With thanks to Down Arts Centre, Sarah returned to Down Arts Centre to facilitate a three-hour open workshop using similar techniques. Again, I was suprised at how close this connection to breath, the allowing of charcoal to wander where it would as the words moved through me, the creating of movement, drew me to the work. Here I looked at a piece to which I have, against all odds, a really strong emotional connection. It’s one or the pieces that I’ve written this year that I like best, but the subject matter  – water drumming: traditional with women of the Baka people – is something I don’t have any connection to at all.

My thanks to all who attended. This work, though seemingly gentle, is a powerful way to engage with a practice of poetry that counteracts the distancing of, not so much the mind, but explanation or description rather than sharing direct experience (telling about rather than knowing). This embodiment is, in every workshop you’ll ever attend – mine included – what makes poetry the living thing that it is. But sometimes, that safe distance from what our inner realm is communicating up from the depths (the voice beneath the voice) via the periscope that is poetry, is a length of road that needs to be travelled softly. I wonder whether in the future, if showcasing these techniques using a published piece – not written by anybody in the working group – might be a good introduction of this more physically direct experience of poetry.

The Body has its Reasons: Knowing from Within

“Movement – along the ground, in walking, in the air, in respiration – is not what a body does but what it is. That is why any attempt to describe human movement in terms of some notion of embodiment is bound to fail. For it makes it sounds as though the movement were wrapped up inside – that has been packaged, sedimented, stilled, rendered quiescent or tacit. And it is why theorists of embodiment feel compelled to invoke a notion of agency in order to set the self-digested body-package back in motion. Movement, for them, is an effect, agency they cause. To undo this causal logic – to exorcise the spectre of embodied agency – is to recognise that as a bundle of potentials in an ever-unfolding field of forces and energies, the body moves and is moved not because it is driven by some internal agency, wrapped up in the package, but because as fast as it is gathering or winding itself up, it is forever unravelling or unwinding – alternatively breathing in and out. But breathing out and breathing in are not the precise reverse of one another. The one is a movement of propulsion; it is haptic. The other is a movement of gathering; it is atmospheric.” – Tim Ingold ‘Knowing from Within’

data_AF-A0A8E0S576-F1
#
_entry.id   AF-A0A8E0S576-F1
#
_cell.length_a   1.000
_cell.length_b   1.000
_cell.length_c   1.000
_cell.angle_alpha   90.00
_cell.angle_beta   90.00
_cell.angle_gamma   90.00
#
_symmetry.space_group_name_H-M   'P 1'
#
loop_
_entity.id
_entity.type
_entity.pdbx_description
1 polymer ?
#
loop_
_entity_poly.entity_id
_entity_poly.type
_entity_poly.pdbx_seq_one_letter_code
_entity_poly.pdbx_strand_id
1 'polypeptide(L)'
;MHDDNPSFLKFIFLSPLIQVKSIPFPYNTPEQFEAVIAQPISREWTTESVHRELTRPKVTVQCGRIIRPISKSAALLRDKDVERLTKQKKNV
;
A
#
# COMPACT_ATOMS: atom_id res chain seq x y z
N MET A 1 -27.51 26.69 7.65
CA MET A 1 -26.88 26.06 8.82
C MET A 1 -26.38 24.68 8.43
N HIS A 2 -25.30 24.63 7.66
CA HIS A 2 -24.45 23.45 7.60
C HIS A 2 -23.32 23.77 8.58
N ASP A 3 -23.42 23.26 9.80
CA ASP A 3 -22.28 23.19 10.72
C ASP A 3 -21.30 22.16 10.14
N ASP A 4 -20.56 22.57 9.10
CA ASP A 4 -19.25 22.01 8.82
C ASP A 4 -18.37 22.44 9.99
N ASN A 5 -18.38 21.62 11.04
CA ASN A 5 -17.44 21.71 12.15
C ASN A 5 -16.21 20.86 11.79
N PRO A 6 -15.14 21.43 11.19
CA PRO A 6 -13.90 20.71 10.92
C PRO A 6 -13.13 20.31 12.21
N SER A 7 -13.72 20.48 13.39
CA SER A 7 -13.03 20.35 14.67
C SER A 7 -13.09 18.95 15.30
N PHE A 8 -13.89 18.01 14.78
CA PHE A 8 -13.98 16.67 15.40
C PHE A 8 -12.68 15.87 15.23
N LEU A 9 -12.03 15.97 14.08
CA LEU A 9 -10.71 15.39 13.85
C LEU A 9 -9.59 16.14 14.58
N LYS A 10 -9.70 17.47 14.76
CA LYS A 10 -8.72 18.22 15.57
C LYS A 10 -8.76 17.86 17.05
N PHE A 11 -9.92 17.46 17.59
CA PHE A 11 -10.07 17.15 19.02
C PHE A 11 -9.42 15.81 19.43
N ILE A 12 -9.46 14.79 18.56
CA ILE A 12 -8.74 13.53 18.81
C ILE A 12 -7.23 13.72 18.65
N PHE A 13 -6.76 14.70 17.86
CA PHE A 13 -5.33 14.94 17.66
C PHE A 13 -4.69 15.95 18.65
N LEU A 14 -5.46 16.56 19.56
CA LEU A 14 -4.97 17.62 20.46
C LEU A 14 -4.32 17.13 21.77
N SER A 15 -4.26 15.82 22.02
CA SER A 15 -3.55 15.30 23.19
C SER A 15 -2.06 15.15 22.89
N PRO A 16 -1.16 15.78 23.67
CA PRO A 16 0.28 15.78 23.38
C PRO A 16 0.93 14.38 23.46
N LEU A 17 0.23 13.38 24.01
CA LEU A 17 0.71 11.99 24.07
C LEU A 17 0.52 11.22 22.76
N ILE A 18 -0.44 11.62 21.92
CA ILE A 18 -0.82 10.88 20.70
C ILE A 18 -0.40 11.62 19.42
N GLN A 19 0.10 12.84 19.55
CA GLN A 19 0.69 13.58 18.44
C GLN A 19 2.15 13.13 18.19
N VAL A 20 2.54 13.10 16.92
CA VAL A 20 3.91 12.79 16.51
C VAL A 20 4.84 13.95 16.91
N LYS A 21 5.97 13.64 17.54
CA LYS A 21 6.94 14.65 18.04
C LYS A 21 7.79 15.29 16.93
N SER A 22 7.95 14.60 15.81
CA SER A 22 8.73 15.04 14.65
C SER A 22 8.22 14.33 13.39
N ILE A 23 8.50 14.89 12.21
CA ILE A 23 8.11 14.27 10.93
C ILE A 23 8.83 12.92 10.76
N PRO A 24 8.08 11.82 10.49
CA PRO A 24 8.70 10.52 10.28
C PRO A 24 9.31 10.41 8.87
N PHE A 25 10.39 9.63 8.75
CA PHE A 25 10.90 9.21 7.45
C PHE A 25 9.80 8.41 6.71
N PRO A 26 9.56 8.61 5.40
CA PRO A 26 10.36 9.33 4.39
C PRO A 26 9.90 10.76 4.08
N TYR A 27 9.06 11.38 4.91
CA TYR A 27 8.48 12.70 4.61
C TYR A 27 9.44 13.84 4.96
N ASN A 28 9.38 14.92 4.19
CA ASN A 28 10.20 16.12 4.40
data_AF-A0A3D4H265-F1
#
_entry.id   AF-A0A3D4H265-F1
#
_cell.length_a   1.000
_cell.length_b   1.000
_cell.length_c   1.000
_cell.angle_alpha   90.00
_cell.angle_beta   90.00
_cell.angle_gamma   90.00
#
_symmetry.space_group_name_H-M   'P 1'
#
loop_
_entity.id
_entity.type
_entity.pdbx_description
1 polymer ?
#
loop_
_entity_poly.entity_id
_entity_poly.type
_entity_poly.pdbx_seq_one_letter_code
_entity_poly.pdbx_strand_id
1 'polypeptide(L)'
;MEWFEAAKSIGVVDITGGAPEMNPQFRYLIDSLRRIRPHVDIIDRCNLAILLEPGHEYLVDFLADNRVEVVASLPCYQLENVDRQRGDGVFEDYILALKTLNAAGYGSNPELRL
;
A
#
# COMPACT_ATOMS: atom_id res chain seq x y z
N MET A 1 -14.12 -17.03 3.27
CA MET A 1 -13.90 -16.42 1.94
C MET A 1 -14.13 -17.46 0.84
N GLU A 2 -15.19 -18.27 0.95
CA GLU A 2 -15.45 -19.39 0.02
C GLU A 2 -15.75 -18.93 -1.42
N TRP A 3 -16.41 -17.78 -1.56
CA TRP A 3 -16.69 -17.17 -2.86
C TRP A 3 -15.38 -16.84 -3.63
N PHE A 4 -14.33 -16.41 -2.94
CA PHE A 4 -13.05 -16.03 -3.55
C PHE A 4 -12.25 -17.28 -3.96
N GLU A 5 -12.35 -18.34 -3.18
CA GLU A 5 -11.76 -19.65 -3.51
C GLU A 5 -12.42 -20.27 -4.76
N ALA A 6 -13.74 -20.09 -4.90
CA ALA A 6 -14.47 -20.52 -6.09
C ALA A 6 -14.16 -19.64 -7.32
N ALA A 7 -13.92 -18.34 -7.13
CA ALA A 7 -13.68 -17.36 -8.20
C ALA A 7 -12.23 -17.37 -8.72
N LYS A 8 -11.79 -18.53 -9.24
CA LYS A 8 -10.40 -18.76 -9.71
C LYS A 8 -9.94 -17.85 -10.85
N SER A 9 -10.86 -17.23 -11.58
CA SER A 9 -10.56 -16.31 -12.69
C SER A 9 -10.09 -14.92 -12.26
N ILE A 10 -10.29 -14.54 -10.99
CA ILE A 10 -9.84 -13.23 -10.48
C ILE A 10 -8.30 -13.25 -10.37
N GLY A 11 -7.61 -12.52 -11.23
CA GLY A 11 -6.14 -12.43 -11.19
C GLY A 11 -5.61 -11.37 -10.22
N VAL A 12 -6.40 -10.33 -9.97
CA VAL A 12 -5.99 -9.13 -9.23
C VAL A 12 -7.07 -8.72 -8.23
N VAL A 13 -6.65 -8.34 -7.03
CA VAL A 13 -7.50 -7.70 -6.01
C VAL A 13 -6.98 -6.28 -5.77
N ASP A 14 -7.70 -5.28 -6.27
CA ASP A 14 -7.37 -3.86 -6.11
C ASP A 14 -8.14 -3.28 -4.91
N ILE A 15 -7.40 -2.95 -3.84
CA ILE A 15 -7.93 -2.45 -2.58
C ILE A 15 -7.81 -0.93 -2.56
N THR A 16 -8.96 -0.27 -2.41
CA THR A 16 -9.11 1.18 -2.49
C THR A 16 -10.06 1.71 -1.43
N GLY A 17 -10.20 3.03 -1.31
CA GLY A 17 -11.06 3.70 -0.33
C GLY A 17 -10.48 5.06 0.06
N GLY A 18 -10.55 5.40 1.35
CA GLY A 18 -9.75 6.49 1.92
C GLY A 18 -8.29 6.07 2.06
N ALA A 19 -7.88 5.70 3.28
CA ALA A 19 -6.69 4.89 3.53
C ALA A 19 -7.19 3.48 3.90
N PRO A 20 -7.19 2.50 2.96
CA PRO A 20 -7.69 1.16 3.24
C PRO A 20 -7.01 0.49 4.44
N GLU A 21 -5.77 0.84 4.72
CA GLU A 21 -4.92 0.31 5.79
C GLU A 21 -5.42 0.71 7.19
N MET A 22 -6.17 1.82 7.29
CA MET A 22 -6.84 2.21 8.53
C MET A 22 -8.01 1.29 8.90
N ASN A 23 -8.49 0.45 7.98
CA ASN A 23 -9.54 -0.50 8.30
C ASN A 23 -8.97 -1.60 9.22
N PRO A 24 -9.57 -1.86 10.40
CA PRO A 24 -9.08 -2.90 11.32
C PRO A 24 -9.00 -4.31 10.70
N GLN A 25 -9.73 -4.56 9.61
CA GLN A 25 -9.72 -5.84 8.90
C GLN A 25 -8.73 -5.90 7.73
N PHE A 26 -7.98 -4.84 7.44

A list of reading material that accompanied my exploration of the middle place, including The Body has its Reasons can be found HERE.

Final Words

I am still processing a lot of this particular exploration because it represents more than simply a change in how I approach composing and editing my work. Like myself, there is nothing surface-level about it and I am wondering if the work itself isn’t the way forward for processing. That said, even for myself, I do want to document this process.